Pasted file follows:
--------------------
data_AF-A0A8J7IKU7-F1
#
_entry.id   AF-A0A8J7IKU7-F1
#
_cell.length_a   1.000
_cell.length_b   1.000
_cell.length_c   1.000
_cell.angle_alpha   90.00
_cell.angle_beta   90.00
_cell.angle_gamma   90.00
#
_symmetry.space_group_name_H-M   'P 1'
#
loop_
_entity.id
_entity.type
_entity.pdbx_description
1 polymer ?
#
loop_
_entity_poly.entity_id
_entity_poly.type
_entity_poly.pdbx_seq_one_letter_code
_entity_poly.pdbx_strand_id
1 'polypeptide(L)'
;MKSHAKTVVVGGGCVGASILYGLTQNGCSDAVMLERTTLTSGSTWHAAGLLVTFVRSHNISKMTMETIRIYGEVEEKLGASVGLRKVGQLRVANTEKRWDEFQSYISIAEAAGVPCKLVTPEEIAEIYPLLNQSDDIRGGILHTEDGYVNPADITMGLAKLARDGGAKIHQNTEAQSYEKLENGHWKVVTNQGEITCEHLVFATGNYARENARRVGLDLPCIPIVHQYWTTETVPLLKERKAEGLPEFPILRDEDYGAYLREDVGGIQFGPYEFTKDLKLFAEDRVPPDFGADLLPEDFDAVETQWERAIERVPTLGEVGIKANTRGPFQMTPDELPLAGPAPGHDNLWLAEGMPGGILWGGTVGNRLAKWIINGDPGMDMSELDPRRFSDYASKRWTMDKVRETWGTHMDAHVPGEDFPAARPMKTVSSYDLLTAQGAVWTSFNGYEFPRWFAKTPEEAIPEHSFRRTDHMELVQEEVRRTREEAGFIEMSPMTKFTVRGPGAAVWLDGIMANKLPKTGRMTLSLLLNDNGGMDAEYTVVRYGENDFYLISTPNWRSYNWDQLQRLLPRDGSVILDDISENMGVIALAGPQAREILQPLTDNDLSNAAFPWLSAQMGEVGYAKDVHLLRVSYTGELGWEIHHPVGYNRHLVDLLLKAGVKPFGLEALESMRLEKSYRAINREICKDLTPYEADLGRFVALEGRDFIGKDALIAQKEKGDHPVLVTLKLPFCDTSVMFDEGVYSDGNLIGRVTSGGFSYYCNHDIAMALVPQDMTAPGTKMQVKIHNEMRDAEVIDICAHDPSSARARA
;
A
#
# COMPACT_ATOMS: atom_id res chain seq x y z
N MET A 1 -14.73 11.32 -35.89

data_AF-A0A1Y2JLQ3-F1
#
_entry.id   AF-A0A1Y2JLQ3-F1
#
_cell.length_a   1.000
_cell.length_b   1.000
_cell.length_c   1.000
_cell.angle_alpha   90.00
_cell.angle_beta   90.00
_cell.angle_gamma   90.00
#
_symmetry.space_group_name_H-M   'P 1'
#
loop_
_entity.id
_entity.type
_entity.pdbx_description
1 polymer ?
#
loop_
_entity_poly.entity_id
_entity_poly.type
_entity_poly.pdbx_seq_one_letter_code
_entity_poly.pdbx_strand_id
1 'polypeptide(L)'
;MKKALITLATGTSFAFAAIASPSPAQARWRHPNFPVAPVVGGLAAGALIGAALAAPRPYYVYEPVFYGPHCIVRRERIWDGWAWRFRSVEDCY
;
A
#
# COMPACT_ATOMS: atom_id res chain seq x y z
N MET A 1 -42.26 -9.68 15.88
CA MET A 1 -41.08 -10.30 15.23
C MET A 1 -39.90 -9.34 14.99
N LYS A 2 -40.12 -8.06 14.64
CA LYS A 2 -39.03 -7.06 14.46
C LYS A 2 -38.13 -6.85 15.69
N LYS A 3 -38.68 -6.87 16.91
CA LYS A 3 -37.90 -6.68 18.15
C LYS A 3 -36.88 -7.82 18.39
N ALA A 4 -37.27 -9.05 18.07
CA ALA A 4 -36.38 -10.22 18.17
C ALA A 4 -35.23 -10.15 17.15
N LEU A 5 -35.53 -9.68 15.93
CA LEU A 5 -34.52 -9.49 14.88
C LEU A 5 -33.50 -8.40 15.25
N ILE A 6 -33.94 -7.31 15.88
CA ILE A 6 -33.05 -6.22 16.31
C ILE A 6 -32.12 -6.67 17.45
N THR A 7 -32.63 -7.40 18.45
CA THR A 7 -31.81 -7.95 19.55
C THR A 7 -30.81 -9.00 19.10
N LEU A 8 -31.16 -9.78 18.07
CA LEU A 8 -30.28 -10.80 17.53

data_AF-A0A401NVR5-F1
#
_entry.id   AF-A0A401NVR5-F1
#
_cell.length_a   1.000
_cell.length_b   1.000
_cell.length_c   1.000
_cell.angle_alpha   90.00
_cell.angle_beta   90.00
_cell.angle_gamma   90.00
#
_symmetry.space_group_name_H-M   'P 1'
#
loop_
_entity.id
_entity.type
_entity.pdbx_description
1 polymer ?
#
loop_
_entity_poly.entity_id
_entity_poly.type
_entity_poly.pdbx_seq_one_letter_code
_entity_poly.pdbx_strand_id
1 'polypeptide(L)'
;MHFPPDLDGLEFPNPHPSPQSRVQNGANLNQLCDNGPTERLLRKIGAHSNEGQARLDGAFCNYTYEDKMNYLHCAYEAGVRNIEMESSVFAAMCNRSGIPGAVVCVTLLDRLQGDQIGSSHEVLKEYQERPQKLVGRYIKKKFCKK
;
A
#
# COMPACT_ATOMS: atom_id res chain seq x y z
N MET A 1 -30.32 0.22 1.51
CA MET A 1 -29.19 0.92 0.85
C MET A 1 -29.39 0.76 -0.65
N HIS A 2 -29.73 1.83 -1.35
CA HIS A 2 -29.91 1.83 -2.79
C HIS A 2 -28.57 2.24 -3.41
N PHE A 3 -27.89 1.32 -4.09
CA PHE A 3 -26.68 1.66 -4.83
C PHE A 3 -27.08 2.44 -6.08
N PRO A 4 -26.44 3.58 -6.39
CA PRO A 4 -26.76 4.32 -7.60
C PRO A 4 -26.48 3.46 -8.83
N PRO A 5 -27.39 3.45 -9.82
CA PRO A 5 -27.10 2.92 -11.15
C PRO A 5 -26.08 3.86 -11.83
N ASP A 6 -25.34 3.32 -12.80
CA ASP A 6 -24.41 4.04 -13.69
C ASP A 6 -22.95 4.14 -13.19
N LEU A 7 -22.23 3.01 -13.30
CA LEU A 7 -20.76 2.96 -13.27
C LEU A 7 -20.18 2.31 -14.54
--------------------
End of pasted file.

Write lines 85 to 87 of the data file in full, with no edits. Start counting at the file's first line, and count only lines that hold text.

data_AF-A0A401NVR5-F1
#
_entry.id   AF-A0A401NVR5-F1